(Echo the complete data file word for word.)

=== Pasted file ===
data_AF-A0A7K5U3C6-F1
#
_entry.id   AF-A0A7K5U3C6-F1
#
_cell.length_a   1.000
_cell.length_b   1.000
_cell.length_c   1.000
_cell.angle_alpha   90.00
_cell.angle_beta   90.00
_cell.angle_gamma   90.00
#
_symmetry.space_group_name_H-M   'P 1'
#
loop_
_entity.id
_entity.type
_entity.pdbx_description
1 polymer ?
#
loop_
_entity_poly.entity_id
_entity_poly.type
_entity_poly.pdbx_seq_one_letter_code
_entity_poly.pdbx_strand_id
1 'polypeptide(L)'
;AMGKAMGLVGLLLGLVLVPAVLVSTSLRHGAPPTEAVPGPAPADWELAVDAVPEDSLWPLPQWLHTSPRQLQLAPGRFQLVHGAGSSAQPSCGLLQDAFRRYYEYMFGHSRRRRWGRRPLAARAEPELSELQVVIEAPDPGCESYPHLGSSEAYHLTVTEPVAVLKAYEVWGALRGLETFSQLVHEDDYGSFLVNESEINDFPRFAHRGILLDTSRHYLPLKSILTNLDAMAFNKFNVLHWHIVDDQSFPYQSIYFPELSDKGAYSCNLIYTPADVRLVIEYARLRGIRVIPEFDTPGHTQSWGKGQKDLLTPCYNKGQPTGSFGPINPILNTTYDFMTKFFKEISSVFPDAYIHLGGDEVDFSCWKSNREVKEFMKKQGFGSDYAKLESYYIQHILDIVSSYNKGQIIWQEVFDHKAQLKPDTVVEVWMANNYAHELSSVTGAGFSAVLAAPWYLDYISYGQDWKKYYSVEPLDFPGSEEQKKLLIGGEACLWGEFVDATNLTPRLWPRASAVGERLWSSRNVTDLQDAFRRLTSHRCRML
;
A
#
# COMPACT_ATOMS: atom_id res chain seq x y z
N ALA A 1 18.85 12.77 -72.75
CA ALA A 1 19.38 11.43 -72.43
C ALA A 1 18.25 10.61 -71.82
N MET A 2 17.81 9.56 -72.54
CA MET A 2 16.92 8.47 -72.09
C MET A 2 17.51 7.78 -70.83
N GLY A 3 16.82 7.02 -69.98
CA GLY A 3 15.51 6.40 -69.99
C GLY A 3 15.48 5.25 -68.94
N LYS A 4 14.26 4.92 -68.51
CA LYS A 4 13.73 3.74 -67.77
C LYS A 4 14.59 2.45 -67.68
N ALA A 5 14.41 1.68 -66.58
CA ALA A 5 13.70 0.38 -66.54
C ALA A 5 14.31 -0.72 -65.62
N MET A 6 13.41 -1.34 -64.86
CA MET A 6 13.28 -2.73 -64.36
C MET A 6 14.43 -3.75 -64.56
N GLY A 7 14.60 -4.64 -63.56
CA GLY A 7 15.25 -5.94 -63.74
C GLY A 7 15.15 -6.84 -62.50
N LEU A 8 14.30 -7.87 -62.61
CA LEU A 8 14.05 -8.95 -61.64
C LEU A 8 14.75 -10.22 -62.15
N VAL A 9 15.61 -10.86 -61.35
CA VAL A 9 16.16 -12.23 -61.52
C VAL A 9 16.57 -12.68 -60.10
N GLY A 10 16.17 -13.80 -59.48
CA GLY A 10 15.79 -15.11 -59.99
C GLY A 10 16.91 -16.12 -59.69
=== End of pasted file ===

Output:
data_AF-A0A7K5U3C6-F1
#
_entry.id   AF-A0A7K5U3C6-F1
#
_cell.length_a   1.000
_cell.length_b   1.000
_cell.length_c   1.000
_cell.angle_alpha   90.00
_cell.angle_beta   90.00
_cell.angle_gamma   90.00
#
_symmetry.space_group_name_H-M   'P 1'
#
loop_
_entity.id
_entity.type
_entity.pdbx_description
1 polymer ?
#
loop_
_entity_poly.entity_id
_entity_poly.type
_entity_poly.pdbx_seq_one_letter_code
_entity_poly.pdbx_strand_id
1 'polypeptide(L)'
;AMGKAMGLVGLLLGLVLVPAVLVSTSLRHGAPPTEAVPGPAPADWELAVDAVPEDSLWPLPQWLHTSPRQLQLAPGRFQLVHGAGSSAQPSCGLLQDAFRRYYEYMFGHSRRRRWGRRPLAARAEPELSELQVVIEAPDPGCESYPHLGSSEAYHLTVTEPVAVLKAYEVWGALRGLETFSQLVHEDDYGSFLVNESEINDFPRFAHRGILLDTSRHYLPLKSILTNLDAMAFNKFNVLHWHIVDDQSFPYQSIYFPELSDKGAYSCNLIYTPADVRLVIEYARLRGIRVIPEFDTPGHTQSWGKGQKDLLTPCYNKGQPTGSFGPINPILNTTYDFMTKFFKEISSVFPDAYIHLGGDEVDFSCWKSNREVKEFMKKQGFGSDYAKLESYYIQHILDIVSSYNKGQIIWQEVFDHKAQLKPDTVVEVWMANNYAHELSSVTGAGFSAVLAAPWYLDYISYGQDWKKYYSVEPLDFPGSEEQKKLLIGGEACLWGEFVDATNLTPRLWPRASAVGERLWSSRNVTDLQDAFRRLTSHRCRML
;
A
#
# COMPACT_ATOMS: atom_id res chain seq x y z
N ALA A 1 18.85 12.77 -72.75
CA ALA A 1 19.38 11.43 -72.43
C ALA A 1 18.25 10.61 -71.82
N MET A 2 17.81 9.56 -72.54
CA MET A 2 16.92 8.47 -72.09
C MET A 2 17.51 7.78 -70.83
N GLY A 3 16.82 7.02 -69.98
CA GLY A 3 15.51 6.40 -69.99
C GLY A 3 15.48 5.25 -68.94
N LYS A 4 14.26 4.92 -68.51
CA LYS A 4 13.73 3.74 -67.77
C LYS A 4 14.59 2.45 -67.68
N ALA A 5 14.41 1.68 -66.58
CA ALA A 5 13.70 0.38 -66.54
C ALA A 5 14.31 -0.72 -65.62
N MET A 6 13.41 -1.34 -64.86
CA MET A 6 13.28 -2.73 -64.36
C MET A 6 14.43 -3.75 -64.56
N GLY A 7 14.60 -4.64 -63.56
CA GLY A 7 15.25 -5.94 -63.74
C GLY A 7 15.15 -6.84 -62.50
N LEU A 8 14.30 -7.87 -62.61
CA LEU A 8 14.05 -8.95 -61.64
C LEU A 8 14.75 -10.22 -62.15
N VAL A 9 15.61 -10.86 -61.35
CA VAL A 9 16.16 -12.23 -61.52
C VAL A 9 16.57 -12.68 -60.10
N GLY A 10 16.17 -13.80 -59.48
CA GLY A 10 15.79 -15.11 -59.99
C GLY A 10 16.91 -16.12 -59.69